While posting last week about PUBLICIZE YOUR BOOK, I mentioned the word-of-mouth bestseller, THE HELP. All last year, friends and family recommended this book to me. One friend would ask, “Have you read it yet?” every time I ran into her. My mother gave me her copy over Christmas and joined the “have you read it?” chorus. I figured it was time to get busy.
I took my copy on our Mardi Gras road trip (we get the whole week off in Southern Louisiana) and fell in love. THE HELP is amazing, heartbreaking, amazing, lovely, amazing, funny, amazing. I don’t know how else to talk about this title, so I’ll give the New York Times a shot. As you read the excerpt below, notice the strength of this debut novel rests on fabulous writing, yes, but something more: devoted readers all part of the “have you read it?” campaign.
Taken from The New York Times:
“The Help,” a novel about the relationships between African-American maids and their white employers in 1960s Mississippi, has the classic elements of a crowd pleaser: it features several feisty women enmeshed in a page-turning plot, clear villains and a bit of a history lesson.
The book, a debut novel by Kathryn Stockett, also comes with a back story that is a publishing dream come true: at first rejected by nearly 50 agents, the manuscript was scooped up by an imprint of Penguin and pushed aggressively to booksellers, who fell in love with it. Since it came out in February, “The Help” has been embraced by book clubs and bloggers who can’t stop recommending it to their friends.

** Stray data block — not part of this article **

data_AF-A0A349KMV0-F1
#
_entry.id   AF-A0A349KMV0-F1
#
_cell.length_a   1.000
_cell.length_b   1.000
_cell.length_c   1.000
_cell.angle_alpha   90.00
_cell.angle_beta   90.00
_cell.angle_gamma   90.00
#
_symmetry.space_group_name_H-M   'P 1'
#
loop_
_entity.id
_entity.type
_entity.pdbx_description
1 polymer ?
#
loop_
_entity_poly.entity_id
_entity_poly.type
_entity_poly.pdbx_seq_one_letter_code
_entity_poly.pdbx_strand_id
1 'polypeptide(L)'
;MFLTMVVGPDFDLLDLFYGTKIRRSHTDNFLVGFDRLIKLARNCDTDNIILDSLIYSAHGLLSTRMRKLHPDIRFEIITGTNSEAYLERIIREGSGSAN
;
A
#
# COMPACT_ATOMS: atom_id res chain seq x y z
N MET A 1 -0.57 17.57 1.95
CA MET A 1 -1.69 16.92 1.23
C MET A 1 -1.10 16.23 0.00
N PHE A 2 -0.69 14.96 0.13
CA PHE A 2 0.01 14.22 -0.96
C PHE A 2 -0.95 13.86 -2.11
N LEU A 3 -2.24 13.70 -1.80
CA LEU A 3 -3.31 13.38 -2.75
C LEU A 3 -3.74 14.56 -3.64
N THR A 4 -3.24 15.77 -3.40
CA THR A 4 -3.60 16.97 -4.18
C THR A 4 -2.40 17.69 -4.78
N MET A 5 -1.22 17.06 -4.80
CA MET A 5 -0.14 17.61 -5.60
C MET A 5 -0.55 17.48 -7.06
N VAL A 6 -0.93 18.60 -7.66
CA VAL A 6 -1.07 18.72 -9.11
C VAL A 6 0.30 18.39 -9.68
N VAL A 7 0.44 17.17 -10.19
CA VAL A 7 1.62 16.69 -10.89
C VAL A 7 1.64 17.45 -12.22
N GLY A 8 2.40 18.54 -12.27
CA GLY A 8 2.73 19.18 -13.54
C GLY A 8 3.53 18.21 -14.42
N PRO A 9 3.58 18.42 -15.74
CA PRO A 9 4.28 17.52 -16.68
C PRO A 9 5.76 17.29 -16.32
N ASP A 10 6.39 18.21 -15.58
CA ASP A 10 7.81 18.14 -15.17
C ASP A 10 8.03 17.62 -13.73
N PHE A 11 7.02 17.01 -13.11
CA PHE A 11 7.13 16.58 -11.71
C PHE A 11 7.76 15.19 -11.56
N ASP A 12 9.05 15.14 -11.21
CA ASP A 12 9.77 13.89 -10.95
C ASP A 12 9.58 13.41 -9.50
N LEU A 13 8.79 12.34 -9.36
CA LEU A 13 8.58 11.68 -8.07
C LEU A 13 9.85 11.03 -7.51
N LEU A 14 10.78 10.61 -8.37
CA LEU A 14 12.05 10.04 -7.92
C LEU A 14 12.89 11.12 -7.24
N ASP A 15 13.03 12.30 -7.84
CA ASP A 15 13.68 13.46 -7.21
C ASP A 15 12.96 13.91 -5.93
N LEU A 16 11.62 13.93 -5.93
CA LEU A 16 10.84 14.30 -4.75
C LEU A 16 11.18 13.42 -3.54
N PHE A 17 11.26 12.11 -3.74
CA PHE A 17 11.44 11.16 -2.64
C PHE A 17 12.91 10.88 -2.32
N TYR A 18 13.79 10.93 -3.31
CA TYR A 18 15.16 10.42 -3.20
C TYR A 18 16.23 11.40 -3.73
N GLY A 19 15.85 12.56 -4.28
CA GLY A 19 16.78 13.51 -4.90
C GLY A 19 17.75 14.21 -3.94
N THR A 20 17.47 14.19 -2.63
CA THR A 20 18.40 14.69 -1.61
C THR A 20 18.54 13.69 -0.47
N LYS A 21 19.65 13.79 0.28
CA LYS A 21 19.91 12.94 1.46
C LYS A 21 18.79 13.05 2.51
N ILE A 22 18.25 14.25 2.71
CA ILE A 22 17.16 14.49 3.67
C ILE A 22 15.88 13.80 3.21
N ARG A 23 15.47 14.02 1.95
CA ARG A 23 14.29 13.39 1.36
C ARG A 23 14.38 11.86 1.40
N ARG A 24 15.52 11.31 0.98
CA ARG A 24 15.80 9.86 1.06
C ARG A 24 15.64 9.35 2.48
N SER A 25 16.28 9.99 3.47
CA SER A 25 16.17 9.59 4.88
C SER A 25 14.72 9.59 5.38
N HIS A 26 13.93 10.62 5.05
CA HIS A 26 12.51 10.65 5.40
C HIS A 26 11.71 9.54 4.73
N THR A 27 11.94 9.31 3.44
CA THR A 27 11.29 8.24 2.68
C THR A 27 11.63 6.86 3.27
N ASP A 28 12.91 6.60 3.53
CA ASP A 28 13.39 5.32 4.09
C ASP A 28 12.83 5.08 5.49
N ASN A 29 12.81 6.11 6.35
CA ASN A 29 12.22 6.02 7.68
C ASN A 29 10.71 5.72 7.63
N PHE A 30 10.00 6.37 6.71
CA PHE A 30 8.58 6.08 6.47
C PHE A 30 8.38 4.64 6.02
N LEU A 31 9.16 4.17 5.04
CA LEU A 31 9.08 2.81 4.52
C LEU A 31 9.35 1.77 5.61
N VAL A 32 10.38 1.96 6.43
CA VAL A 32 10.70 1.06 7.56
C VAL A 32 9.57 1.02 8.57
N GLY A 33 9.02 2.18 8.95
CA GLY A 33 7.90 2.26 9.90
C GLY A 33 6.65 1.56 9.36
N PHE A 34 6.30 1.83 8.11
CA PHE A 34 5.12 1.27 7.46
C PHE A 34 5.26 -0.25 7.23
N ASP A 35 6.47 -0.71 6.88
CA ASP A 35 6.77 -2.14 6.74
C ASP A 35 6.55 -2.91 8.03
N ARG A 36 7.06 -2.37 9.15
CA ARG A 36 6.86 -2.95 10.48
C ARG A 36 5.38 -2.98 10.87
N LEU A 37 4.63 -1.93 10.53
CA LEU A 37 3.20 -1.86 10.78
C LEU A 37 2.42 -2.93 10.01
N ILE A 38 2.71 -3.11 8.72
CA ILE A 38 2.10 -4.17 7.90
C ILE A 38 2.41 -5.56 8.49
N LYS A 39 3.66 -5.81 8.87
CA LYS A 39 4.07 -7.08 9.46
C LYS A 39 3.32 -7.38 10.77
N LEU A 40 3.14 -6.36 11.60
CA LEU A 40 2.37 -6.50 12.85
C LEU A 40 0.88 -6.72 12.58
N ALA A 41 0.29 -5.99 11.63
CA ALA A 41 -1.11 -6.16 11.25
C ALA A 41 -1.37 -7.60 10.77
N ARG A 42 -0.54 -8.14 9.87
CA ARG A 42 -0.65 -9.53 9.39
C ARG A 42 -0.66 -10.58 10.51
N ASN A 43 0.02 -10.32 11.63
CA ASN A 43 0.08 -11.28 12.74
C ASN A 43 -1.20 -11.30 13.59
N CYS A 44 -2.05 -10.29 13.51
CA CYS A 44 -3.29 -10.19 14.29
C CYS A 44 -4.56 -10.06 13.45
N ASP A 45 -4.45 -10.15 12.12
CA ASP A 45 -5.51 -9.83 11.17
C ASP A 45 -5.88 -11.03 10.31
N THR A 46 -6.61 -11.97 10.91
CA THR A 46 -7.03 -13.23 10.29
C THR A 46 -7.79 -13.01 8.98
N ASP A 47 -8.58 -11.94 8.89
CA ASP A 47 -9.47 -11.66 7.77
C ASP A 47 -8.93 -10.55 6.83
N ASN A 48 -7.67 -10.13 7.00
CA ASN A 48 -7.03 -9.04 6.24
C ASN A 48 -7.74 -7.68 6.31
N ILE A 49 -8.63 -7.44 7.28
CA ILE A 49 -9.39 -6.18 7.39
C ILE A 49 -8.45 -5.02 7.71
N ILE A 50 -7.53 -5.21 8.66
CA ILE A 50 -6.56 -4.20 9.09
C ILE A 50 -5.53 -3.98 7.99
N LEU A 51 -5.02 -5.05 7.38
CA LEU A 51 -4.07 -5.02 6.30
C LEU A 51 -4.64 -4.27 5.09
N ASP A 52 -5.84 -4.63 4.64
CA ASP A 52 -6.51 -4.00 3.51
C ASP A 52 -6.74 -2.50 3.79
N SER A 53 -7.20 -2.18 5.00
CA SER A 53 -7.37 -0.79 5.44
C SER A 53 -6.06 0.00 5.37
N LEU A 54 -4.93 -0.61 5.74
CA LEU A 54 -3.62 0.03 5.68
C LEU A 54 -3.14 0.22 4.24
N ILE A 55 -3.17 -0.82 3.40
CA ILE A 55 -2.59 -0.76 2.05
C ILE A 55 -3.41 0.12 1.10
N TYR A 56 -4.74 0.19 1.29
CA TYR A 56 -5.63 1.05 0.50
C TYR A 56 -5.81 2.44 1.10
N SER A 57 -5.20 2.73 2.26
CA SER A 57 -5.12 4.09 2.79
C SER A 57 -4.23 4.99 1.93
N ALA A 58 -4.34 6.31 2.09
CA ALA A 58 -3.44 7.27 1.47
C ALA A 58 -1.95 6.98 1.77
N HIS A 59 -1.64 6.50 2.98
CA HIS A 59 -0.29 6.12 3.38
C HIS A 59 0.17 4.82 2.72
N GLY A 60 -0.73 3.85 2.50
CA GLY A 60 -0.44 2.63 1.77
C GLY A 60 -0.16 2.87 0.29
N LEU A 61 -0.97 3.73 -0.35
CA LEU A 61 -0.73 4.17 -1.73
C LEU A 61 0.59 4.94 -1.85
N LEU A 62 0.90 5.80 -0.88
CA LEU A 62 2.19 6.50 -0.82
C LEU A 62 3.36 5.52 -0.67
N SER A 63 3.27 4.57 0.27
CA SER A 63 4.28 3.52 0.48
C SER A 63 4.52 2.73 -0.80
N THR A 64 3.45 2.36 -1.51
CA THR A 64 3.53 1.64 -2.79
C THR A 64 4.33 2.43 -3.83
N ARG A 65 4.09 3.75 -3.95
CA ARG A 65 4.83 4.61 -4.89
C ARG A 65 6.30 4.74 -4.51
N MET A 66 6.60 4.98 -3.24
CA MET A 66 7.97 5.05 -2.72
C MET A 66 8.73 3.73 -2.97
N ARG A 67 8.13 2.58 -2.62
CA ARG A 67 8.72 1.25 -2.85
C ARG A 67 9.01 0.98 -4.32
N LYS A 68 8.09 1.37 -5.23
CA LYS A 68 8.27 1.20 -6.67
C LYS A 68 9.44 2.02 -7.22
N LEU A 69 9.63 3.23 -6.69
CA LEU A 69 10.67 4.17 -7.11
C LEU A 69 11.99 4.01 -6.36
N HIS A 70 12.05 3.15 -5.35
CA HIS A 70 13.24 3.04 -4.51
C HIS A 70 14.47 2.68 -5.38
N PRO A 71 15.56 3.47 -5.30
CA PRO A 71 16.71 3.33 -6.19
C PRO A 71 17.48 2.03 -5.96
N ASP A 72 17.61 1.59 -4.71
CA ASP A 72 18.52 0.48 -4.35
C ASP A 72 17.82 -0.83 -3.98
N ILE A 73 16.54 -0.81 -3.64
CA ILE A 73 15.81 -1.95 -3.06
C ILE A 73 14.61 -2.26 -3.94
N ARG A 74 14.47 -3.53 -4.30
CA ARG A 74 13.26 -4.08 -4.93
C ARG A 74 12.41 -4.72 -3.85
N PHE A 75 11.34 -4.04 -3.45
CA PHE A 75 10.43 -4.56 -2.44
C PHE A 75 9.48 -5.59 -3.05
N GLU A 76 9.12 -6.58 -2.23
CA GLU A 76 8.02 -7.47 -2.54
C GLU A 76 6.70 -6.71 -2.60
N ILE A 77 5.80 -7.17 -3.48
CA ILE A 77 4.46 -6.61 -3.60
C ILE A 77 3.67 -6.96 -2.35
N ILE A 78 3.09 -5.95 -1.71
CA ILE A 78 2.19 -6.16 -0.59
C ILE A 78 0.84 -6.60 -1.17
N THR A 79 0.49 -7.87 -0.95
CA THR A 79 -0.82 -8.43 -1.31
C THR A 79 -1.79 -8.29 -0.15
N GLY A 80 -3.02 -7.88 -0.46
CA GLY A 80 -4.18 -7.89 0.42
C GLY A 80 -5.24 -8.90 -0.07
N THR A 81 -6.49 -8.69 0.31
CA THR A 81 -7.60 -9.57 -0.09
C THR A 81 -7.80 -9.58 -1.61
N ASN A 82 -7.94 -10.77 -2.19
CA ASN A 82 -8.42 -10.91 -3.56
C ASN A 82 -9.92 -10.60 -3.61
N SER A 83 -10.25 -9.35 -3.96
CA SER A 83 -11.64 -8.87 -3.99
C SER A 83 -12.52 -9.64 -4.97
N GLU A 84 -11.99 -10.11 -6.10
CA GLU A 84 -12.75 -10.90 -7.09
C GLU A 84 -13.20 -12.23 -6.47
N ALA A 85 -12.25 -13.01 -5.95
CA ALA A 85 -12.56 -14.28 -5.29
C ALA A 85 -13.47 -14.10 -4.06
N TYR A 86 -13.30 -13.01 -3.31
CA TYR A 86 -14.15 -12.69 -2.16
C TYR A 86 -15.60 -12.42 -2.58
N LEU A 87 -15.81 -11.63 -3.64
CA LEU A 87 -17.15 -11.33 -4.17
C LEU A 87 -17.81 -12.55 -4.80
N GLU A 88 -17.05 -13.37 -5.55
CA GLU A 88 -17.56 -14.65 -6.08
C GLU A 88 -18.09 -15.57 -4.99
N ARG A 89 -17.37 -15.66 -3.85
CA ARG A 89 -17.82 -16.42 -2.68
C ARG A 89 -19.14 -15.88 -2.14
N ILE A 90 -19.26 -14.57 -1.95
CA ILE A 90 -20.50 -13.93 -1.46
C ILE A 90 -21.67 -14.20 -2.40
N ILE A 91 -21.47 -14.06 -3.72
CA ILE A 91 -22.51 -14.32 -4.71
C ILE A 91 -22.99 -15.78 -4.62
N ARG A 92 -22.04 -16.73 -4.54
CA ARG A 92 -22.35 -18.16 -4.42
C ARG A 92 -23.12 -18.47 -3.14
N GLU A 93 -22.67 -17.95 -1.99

All of which helps explain why “The Help” — which some enthusiasts have compared to Harper Lee’s “To Kill a Mockingbird” — has maintained a tenacious hold close to the top of several best-seller lists, despite one of the strongest seasons for big-name authors in recent memory. Amid blockbusters from the likes of Dan Brown, Michael Connelly, Patricia Cornwell and Nicholas Sparks, Ms. Stockett has stayed within the Top 5 on The New York Times Hardcover Fiction Best-Seller list since August.
“It is running and it’s going to continue to run,” said Vivienne L. Jennings, co-owner of Rainy Day Books, an independent bookstore in Fairway, Kan.
According to Nielsen BookScan, which tracks about 70 percent of retail sales, “The Help” has sold 445,000 copies in hardcover. At Barnes & Noble, the country’s largest retail bookstore chain, Sessalee Hensley, the chain’s fiction buyer, said the number of copies sold per week had grown steadily since August. “I think it’s completely word of mouth,” she said.
When others get behind a book, magical things can happen. So I have to know: have you read it yet?